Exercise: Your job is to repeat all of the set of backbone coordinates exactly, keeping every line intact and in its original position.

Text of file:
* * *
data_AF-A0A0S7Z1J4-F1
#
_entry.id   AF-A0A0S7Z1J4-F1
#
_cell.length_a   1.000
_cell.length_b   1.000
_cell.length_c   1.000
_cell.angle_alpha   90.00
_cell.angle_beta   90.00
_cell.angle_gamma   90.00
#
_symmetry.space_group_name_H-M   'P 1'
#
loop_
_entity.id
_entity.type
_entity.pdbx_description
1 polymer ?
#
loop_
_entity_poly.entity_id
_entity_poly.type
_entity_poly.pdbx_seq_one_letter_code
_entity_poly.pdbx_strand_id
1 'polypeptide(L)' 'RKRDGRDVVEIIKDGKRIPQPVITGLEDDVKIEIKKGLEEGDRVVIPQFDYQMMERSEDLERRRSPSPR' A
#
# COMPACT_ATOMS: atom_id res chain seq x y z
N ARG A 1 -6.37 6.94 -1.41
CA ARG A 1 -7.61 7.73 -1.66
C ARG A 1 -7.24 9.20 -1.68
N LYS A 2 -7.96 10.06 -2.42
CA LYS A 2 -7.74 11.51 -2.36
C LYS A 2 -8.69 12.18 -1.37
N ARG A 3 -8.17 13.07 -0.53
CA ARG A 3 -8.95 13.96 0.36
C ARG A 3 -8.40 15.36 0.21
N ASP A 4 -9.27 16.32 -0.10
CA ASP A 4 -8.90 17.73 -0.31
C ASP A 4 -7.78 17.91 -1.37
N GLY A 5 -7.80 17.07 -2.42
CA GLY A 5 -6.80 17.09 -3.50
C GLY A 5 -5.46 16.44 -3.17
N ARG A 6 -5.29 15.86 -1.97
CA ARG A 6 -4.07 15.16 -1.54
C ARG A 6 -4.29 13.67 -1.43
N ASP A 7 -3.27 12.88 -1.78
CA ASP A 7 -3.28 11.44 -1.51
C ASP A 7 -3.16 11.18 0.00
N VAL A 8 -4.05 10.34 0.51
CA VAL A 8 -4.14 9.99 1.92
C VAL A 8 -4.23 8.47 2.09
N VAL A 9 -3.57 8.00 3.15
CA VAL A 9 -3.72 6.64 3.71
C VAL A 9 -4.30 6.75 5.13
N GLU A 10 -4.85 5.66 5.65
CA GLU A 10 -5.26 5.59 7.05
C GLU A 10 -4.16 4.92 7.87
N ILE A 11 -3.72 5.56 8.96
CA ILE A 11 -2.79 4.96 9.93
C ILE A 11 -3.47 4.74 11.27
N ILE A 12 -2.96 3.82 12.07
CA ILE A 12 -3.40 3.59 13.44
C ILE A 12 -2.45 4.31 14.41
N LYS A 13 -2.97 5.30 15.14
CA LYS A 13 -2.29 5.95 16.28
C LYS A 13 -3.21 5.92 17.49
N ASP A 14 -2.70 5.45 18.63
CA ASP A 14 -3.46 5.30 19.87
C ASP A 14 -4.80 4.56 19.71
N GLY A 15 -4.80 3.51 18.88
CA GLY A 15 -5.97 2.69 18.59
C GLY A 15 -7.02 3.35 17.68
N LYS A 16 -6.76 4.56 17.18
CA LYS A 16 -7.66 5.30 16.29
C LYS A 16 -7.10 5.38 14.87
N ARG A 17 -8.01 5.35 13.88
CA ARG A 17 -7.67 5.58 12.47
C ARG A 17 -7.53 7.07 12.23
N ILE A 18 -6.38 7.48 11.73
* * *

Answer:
data_AF-A0A0S7Z1J4-F1
#
_entry.id   AF-A0A0S7Z1J4-F1
#
_cell.length_a   1.000
_cell.length_b   1.000
_cell.length_c   1.000
_cell.angle_alpha   90.00
_cell.angle_beta   90.00
_cell.angle_gamma   90.00
#
_symmetry.space_group_name_H-M   'P 1'
#
loop_
_entity.id
_entity.type
_entity.pdbx_description
1 polymer ?
#
loop_
_entity_poly.entity_id
_entity_poly.type
_entity_poly.pdbx_seq_one_letter_code
_entity_poly.pdbx_strand_id
1 'polypeptide(L)' 'RKRDGRDVVEIIKDGKRIPQPVITGLEDDVKIEIKKGLEEGDRVVIPQFDYQMMERSEDLERRRSPSPR' A
#
# COMPACT_ATOMS: atom_id res chain seq x y z
N ARG A 1 -6.37 6.94 -1.41
CA ARG A 1 -7.61 7.73 -1.66
C ARG A 1 -7.24 9.20 -1.68
N LYS A 2 -7.96 10.06 -2.42
CA LYS A 2 -7.74 11.51 -2.36
C LYS A 2 -8.69 12.18 -1.37
N ARG A 3 -8.17 13.07 -0.53
CA ARG A 3 -8.95 13.96 0.36
C ARG A 3 -8.40 15.36 0.21
N ASP A 4 -9.27 16.32 -0.10
CA ASP A 4 -8.90 17.73 -0.31
C ASP A 4 -7.78 17.91 -1.37
N GLY A 5 -7.80 17.07 -2.42
CA GLY A 5 -6.80 17.09 -3.50
C GLY A 5 -5.46 16.44 -3.17
N ARG A 6 -5.29 15.86 -1.97
CA ARG A 6 -4.07 15.16 -1.54
C ARG A 6 -4.29 13.67 -1.43
N ASP A 7 -3.27 12.88 -1.78
CA ASP A 7 -3.28 11.44 -1.51
C ASP A 7 -3.16 11.18 0.00
N VAL A 8 -4.05 10.34 0.51
CA VAL A 8 -4.14 9.99 1.92
C VAL A 8 -4.23 8.47 2.09
N VAL A 9 -3.57 8.00 3.15
CA VAL A 9 -3.72 6.64 3.71
C VAL A 9 -4.30 6.75 5.13
N GLU A 10 -4.85 5.66 5.65
CA GLU A 10 -5.26 5.59 7.05
C GLU A 10 -4.16 4.92 7.87
N ILE A 11 -3.72 5.56 8.96
CA ILE A 11 -2.79 4.96 9.93
C ILE A 11 -3.47 4.74 11.27
N ILE A 12 -2.96 3.82 12.07
CA ILE A 12 -3.40 3.59 13.44
C ILE A 12 -2.45 4.31 14.41
N LYS A 13 -2.97 5.30 15.14
CA LYS A 13 -2.29 5.95 16.28
C LYS A 13 -3.21 5.92 17.49
N ASP A 14 -2.70 5.45 18.63
CA ASP A 14 -3.46 5.30 19.87
C ASP A 14 -4.80 4.56 19.71
N GLY A 15 -4.80 3.51 18.88
CA GLY A 15 -5.97 2.69 18.59
C GLY A 15 -7.02 3.35 17.68
N LYS A 16 -6.76 4.56 17.18
CA LYS A 16 -7.66 5.30 16.29
C LYS A 16 -7.10 5.38 14.87
N ARG A 17 -8.01 5.35 13.88
CA ARG A 17 -7.67 5.58 12.47
C ARG A 17 -7.53 7.07 12.23
N ILE A 18 -6.38 7.48 11.73